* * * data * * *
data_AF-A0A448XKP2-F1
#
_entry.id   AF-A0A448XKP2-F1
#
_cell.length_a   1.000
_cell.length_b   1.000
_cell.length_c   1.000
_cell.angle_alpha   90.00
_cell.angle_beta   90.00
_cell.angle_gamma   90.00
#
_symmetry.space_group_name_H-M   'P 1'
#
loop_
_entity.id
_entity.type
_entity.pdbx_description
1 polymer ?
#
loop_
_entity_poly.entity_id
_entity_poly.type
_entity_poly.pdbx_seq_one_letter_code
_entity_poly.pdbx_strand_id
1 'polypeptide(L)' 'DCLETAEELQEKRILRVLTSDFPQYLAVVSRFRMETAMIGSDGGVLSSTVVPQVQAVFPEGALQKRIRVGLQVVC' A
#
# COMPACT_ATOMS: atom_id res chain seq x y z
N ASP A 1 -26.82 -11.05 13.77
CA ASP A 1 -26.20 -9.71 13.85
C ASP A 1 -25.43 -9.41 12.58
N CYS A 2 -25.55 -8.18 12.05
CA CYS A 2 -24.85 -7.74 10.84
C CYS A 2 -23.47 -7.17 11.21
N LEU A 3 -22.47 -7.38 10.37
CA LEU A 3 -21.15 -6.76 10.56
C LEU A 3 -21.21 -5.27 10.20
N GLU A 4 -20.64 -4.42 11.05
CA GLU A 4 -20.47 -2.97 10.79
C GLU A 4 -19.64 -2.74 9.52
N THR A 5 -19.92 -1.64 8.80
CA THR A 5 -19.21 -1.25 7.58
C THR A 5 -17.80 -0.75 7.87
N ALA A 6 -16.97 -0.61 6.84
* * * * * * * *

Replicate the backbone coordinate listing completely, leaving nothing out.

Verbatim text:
data_AF-A0A448XKP2-F1
#
_entry.id   AF-A0A448XKP2-F1
#
_cell.length_a   1.000
_cell.length_b   1.000
_cell.length_c   1.000
_cell.angle_alpha   90.00
_cell.angle_beta   90.00
_cell.angle_gamma   90.00
#
_symmetry.space_group_name_H-M   'P 1'
#
loop_
_entity.id
_entity.type
_entity.pdbx_description
1 polymer ?
#
loop_
_entity_poly.entity_id
_entity_poly.type
_entity_poly.pdbx_seq_one_letter_code
_entity_poly.pdbx_strand_id
1 'polypeptide(L)' 'DCLETAEELQEKRILRVLTSDFPQYLAVVSRFRMETAMIGSDGGVLSSTVVPQVQAVFPEGALQKRIRVGLQVVC' A
#
# COMPACT_ATOMS: atom_id res chain seq x y z
N ASP A 1 -26.82 -11.05 13.77
CA ASP A 1 -26.20 -9.71 13.85
C ASP A 1 -25.43 -9.41 12.58
N CYS A 2 -25.55 -8.18 12.05
CA CYS A 2 -24.85 -7.74 10.84
C CYS A 2 -23.47 -7.17 11.21
N LEU A 3 -22.47 -7.38 10.37
CA LEU A 3 -21.15 -6.76 10.56
C LEU A 3 -21.21 -5.27 10.20
N GLU A 4 -20.64 -4.42 11.05
CA GLU A 4 -20.47 -2.97 10.79
C GLU A 4 -19.64 -2.74 9.52
N THR A 5 -19.92 -1.64 8.80
CA THR A 5 -19.21 -1.25 7.58
C THR A 5 -17.80 -0.75 7.87
N ALA A 6 -16.97 -0.61 6.84